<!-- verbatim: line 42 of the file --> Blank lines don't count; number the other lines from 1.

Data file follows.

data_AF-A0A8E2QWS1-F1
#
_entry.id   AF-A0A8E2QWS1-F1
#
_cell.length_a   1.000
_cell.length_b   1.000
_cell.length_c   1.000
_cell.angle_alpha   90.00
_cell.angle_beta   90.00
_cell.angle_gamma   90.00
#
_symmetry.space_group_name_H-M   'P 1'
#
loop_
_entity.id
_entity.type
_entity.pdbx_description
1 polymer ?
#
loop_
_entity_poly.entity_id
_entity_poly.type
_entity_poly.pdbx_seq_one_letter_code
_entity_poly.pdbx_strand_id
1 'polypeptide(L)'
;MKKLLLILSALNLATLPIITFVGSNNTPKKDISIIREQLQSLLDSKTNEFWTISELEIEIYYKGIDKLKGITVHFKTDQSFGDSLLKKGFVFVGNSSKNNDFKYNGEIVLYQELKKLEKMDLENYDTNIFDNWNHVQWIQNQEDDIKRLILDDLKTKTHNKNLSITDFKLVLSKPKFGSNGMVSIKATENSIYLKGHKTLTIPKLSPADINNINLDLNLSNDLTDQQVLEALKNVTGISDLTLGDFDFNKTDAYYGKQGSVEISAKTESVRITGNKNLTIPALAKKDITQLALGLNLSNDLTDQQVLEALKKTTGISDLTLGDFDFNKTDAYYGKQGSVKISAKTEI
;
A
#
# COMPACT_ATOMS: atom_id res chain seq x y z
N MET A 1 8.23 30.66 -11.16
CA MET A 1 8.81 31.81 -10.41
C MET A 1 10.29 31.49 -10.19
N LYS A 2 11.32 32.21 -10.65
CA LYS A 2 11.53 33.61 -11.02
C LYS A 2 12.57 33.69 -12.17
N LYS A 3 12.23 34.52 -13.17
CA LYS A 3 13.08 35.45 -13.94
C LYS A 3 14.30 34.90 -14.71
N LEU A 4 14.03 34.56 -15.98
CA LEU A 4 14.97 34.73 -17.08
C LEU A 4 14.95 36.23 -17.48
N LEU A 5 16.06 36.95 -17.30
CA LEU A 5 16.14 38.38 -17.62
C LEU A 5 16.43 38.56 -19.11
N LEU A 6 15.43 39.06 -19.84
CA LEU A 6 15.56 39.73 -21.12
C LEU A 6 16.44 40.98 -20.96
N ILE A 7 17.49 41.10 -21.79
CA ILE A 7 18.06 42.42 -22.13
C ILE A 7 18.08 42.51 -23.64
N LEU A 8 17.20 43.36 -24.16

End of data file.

C LEU A 4 14.95 36.23 -17.48